7.      What can we expect in the future as far projects? Solo album, collab, if anything, would they be released in 2017?

I have a few loose project ideas I’m working on simultaneously, but not sure which one I will ultimately move forward with next. I tend to operate outside the construct of time when it comes to making music, which may be why my releases aren’t as frequent as other artists. I like to do research, allow life to happen, and gain new experiences that eventually lead to inspiration for a strong, conceptual project. I wouldn’t be satisfied putting out a disjointed project, but I may put out a few isolated tracks this year to help bridge that gap.

8.      Do you feel there's still a color barrier in Hip-Hop? (If you heard them) How do you feel about Lord Jamar's white rappers comments from a few years back?

I absolutely agree with Jamar that white rappers are guests in hip hop. When you go back to the 70s, Kool Herc and Coke La Rock provided the basic template for what hip hop shows would grow to become. You had DJs in the early 70s like Pete DJ Jones and Grand Master Flowers who brought the party to the parks in their respective boroughs. Even beyond that, you had people like Gil Scott-Heron, George Clinton, James Brown, even H. Rap Brown who delivered his speeches in a rhythmic, poetic style. All of these people influenced what we know as rap today. It was founded by Black people, but white people were always welcomed as guests.

9.      You and I have talked about our tastes in music before. How do you feel about how a live blending of different sounds in Hip-Hop is? From rock/metal infused, R&B infused, pop, etc. It could all fall under the sub-genres of experimental, alternative, industrial, etc. And do you feel 'mumble rap' should have its own category like trap and others do. Should it even be called Hip-Hop, or thrown in the (mainstream) 'Rap' category.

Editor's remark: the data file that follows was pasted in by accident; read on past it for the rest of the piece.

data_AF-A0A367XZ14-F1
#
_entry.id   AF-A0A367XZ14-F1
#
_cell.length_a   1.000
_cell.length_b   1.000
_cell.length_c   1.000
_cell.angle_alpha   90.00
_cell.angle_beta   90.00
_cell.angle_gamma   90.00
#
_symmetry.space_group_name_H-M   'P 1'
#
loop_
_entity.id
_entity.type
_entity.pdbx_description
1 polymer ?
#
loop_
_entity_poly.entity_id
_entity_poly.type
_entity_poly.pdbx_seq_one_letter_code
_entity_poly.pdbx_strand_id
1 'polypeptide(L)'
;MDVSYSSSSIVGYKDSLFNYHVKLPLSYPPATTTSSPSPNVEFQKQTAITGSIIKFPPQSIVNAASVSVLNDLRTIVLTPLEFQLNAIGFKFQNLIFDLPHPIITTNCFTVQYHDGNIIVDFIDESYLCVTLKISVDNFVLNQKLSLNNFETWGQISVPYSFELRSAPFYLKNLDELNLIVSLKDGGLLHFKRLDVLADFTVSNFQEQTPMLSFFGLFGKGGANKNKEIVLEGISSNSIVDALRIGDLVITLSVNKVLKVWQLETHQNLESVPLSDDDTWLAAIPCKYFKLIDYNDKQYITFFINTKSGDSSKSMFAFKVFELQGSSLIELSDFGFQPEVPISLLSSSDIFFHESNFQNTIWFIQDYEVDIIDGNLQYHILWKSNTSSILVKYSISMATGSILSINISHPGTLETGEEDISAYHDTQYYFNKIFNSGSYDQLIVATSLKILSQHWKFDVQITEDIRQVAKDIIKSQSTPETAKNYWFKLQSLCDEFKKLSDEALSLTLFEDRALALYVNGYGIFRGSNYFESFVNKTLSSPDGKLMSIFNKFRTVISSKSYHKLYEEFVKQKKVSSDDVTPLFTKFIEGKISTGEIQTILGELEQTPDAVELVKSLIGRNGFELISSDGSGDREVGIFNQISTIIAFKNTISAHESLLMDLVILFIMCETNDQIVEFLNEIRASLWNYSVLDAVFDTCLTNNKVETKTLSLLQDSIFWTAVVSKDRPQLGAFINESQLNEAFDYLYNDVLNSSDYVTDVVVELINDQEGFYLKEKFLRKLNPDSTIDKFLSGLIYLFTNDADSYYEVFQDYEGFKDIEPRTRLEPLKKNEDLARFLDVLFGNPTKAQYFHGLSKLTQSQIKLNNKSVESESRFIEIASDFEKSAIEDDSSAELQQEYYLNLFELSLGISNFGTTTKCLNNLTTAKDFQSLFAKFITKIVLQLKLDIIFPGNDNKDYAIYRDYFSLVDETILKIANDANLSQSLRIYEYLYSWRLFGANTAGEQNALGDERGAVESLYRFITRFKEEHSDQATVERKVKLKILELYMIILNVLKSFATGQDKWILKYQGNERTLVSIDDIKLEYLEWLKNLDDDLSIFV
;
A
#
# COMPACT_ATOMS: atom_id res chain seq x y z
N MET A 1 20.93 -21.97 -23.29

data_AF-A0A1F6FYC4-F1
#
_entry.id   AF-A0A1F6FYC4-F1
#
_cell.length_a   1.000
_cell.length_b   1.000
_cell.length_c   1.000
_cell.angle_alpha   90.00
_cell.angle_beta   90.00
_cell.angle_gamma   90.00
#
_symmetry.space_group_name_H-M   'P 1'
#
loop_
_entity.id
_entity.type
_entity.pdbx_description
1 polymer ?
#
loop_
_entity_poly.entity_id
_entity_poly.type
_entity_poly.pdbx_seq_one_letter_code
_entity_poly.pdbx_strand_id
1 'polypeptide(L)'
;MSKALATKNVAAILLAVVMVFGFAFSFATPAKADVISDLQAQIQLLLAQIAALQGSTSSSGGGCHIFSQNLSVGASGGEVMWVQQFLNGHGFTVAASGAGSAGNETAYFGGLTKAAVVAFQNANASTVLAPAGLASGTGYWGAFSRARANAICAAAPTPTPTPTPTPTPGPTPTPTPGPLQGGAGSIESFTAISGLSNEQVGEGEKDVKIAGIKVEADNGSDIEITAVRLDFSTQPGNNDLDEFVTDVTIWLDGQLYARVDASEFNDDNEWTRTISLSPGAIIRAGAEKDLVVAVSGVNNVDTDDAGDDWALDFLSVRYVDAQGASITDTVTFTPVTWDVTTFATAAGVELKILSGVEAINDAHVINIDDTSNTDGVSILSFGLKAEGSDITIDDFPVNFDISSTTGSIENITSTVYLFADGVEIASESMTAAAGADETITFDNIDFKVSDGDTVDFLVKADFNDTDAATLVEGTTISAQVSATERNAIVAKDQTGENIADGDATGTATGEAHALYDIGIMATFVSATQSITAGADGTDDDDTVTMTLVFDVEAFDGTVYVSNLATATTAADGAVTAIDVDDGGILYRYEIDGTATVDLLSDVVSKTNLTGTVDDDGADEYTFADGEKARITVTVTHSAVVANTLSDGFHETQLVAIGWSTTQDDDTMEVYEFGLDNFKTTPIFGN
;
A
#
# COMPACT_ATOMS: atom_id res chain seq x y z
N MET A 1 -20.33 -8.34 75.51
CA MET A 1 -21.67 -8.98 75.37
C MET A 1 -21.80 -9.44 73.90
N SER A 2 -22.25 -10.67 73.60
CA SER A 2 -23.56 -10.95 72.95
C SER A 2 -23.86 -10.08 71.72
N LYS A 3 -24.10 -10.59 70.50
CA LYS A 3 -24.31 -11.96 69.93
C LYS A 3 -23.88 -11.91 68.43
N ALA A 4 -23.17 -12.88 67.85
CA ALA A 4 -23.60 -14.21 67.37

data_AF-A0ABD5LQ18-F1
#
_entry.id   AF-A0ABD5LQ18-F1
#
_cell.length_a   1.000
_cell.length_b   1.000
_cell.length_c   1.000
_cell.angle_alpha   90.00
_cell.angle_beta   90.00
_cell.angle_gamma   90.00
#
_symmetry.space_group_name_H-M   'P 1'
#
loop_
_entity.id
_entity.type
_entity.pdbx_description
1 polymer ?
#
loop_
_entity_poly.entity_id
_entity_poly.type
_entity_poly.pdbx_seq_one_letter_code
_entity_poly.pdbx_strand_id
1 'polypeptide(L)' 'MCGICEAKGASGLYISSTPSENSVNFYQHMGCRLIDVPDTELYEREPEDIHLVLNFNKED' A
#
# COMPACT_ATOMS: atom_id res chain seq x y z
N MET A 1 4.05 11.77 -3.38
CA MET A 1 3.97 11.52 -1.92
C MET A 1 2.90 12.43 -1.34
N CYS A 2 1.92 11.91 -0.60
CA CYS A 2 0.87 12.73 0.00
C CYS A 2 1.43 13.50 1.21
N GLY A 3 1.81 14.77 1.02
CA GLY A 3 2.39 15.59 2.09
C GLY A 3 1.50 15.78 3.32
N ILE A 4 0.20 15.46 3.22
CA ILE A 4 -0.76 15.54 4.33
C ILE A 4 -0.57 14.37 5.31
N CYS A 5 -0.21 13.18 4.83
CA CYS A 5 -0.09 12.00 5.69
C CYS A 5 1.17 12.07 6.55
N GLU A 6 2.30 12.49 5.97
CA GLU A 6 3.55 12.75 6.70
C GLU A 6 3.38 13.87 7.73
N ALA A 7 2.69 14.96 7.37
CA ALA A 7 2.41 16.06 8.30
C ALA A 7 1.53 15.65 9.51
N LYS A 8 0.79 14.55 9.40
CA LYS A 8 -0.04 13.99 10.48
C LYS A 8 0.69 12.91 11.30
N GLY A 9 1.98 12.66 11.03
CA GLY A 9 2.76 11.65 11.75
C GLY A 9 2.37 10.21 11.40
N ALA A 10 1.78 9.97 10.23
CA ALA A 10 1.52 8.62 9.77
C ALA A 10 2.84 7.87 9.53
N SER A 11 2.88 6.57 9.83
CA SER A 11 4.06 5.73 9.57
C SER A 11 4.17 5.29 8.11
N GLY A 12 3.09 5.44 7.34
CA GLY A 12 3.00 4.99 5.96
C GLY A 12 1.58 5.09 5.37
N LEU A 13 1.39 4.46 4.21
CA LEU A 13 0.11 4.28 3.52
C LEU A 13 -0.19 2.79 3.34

I already feel like “mumble rap” is an unofficial sub-genre. It’s not something I listen to, so I couldn’t even tell you if the people that make that kind of music have another name for it. The only time I’m bothered by this is when people outside of the hip hop community listen to “mumble rap” and assume that every rapper or hip hop artist is exactly like that. The issue is the lack of variety in the mainstream more than anything. Back in the day, you could have Kid ‘N Play, Public Enemy, A Tribe Called Quest, and LL Cool J all on the radio at the same time. People within the hip hop community know that there’s a huge difference in styles between Lil Yachty and Black Thought.

10.  Any advice to aspiring artists? And for that how'd you get your foot in the door question, do you live off your music?

I’m currently unable to live off my music and have to work a regular job, so I can’t really offer the greatest advice in that regard. As general advice though, I would say to just stay true to yourself. It’s very easy to compare yourself to other people, especially those in the same field you work or perform in, but your path is not going to look the same as the person you’re trying to imitate or follow. Everyone is going to have their own struggles, successes, and unique undulations along the way. There’s no person in the world that can be a better version of you than yourself. Embrace your uniqueness, perfect your own style, and become the best version of yourself possible. That’s with anything, not just music.

Great. Thank you for taking the time to do converse brother. Anything you want to say or anybody you want to shout out?

I just want to give a big thank you to everyone​ who has taken the time to listen to Shadows In The Night. I want to give a special shout out to Add-2, Domi, Sohjé, Albert, and James who all helped make this project possible. Finally, I want fans to realize just how important they are to me and unsigned artists in general. I don't have a label or marketing team behind me, so whenever somebody shares my music with another person, it truly does help. I think there's great power in word of mouth and grassroots movements. No voice is too small to make a difference. For those interested, you can stream/download my project at the following link: